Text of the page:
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Investigative journalist-turned-GIS expert Ann Moss Joyner has made some pretty persuasive maps in her time. There was the map showing how an Ohio community’s water plant just couldn’t seem to serve a historically black neighborhood just hundreds of feet away, even as the plant’s water lines snaked miles to other, white neighborhoods.

Barbara Feder Ostrov's picture

If Wednesday is leaving you in an intellectual slump, here are some links that will help you understand and challenge the news:

Sun Scare? Harmon Leon at the Huffington Post questions the claims of dermatologists -- and lets four dermatologists examine his moles in the process.

Angilee Shah's picture

Medical malpractice cases can dredge up some frightening examples of human behavior.

Few examples could be uglier than the Ku Klux Klan.

Dr. Joseph Dickstein, a family doctor in Chicago, had three patients complain that they suffered complications following surgical procedures he performed. The allegations were serious enough that Dickstein lost his hospital privileges.

Perhaps he was feeling desperate then when he was sued by Karla Morgan.

William Heisel's picture

This Sunday evening, we began our week-long National Health Journalism Fellowships, which brings together 20 journalists to discuss, debate and learn about health journalism topics. At our keynote dinner, we had a chance to meet and hear from our National Health Journalism Fellows and the grantees of our Dennis A. Hunt Fund for Health Journalism who had joined us from across the country.

Michelle Levander's picture

Get your week rolling with these tidbits from around the web:

Live Now: Forbes' Matthew Herper is blogging the Food and Drug Administration’s Avandia review in real time.

Angilee Shah's picture

Former health journalism Fellows Suzanne Bohan and Sandy Kleffman, colleagues at the Bay Area News Group, teamed up to write Shortened Lives, a groundbreaking series on how where you live affects your health – and won a White House Correspondents’ Association award for their efforts.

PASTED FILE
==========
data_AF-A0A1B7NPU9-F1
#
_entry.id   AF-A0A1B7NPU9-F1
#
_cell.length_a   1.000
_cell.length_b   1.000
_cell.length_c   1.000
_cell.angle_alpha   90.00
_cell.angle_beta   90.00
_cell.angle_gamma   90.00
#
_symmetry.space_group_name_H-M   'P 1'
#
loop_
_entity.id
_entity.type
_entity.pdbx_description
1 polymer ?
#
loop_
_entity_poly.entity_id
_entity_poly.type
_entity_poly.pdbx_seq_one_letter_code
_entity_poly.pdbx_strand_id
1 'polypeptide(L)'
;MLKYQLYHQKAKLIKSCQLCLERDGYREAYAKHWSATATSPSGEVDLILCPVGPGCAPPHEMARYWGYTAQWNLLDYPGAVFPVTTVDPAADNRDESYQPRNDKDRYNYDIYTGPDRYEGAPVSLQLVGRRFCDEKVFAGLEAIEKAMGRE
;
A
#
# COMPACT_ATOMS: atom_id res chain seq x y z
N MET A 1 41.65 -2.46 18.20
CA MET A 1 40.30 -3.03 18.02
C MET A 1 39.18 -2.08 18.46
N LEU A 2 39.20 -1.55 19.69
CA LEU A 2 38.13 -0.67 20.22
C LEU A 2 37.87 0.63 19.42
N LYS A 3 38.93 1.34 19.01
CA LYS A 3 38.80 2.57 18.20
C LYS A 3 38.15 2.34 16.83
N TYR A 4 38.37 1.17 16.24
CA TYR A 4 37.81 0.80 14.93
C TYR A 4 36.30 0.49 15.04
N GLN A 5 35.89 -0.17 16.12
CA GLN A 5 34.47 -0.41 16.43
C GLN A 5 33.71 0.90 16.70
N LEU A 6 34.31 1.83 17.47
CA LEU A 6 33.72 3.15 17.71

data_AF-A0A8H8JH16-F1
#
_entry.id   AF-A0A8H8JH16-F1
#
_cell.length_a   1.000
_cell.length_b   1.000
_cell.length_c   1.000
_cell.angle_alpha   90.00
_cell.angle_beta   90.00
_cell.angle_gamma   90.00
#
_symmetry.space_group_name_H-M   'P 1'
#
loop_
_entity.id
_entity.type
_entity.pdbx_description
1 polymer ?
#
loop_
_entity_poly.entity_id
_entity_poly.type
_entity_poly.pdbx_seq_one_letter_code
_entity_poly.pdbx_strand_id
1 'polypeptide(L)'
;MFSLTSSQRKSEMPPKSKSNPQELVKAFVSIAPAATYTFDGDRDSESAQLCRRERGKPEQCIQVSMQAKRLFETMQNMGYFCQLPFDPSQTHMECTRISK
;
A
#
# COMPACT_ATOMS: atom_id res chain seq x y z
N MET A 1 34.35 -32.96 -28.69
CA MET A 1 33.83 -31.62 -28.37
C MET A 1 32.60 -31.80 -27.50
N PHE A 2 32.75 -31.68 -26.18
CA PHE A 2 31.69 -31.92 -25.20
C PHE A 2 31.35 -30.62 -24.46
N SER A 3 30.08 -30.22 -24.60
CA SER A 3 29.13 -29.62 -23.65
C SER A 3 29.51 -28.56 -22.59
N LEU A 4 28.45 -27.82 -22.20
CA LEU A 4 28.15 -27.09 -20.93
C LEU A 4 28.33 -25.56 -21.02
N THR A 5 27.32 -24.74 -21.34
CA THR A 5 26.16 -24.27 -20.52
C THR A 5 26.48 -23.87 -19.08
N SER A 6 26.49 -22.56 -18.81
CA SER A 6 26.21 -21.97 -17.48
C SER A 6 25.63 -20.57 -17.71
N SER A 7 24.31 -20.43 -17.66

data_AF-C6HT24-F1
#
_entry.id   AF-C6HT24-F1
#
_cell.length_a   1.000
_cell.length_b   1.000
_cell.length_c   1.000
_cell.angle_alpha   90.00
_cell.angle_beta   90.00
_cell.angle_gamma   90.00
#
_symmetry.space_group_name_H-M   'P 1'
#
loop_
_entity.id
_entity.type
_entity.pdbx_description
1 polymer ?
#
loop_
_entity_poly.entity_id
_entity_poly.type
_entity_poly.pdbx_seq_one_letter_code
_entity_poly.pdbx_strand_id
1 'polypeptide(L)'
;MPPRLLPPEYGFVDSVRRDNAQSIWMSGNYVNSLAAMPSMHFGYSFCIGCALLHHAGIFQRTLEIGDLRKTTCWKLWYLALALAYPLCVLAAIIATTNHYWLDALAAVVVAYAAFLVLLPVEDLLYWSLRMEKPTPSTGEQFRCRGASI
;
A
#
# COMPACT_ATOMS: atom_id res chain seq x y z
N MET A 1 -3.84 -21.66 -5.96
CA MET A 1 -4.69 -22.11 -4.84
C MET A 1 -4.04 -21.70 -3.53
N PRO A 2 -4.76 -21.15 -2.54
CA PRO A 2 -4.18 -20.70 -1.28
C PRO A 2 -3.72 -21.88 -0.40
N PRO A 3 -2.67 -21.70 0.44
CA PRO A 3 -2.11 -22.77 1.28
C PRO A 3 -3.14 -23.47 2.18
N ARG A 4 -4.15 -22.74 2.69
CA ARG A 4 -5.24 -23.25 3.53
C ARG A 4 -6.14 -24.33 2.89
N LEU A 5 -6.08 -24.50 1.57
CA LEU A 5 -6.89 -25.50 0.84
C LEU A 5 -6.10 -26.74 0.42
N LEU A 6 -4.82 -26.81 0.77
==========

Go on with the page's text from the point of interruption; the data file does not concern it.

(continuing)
Barbara Feder Ostrov's picture

Mary Lee knows firsthand the fallout from living in an area without proper access to fresh, healthy food: She drives past three South Los Angeles grocery stores offering expired tortillas and wilted

Barbara Feder Ostrov's picture

"We're homogenizing the way the world goes mad," Ethan Watters, author of "Crazy Like Us," today told USC/California Endowment National Health Journalism Fellows gathered in Los Angeles this week.

Barbara Feder Ostrov's picture

Catch up with stories you might have missed over the weekend and share what you're reading in comments:

Angilee Shah's picture

Got restrictions on your medical board license? A couple of arrests in your past keeping you from landing a good-paying medical job? If you're an MD in California, you might want to consider opening a marijuana clinic.

Sunday in the Record Searchlight, I explored the growing number of these lucrative new medical business models popping up in Redding and the doctors behind the town's three cannabis clinics.

Critics say California's vague medical marijuana laws open the door to unscrupulous doctors looking to make easy cash handing out "'scrips" to whomever wants one.

rsabalow's picture

When the Illinois State Medical Society was on the verge of persuading the Illinois General Assembly to cap non-economic malpractice damages at $500,000, state Rep. Mary Flowers decided that it might be a good time to ask for a few concessions for patients.

William Heisel's picture

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The nation’s overdose epidemic has entered a devastating new phase. Drugs laced with fentanyl and even more poisonous synthetics have flooded the streets, as the crisis spreads well beyond the rural, largely white communities that initially drew attention. The death rate is escalating twice as fast among Black people than among white people. This webinar will give journalists deep insights, fresh story ideas and practical tips for covering an epidemic that killed more than 107,000 people in the U.S. last year. Sign-up here!

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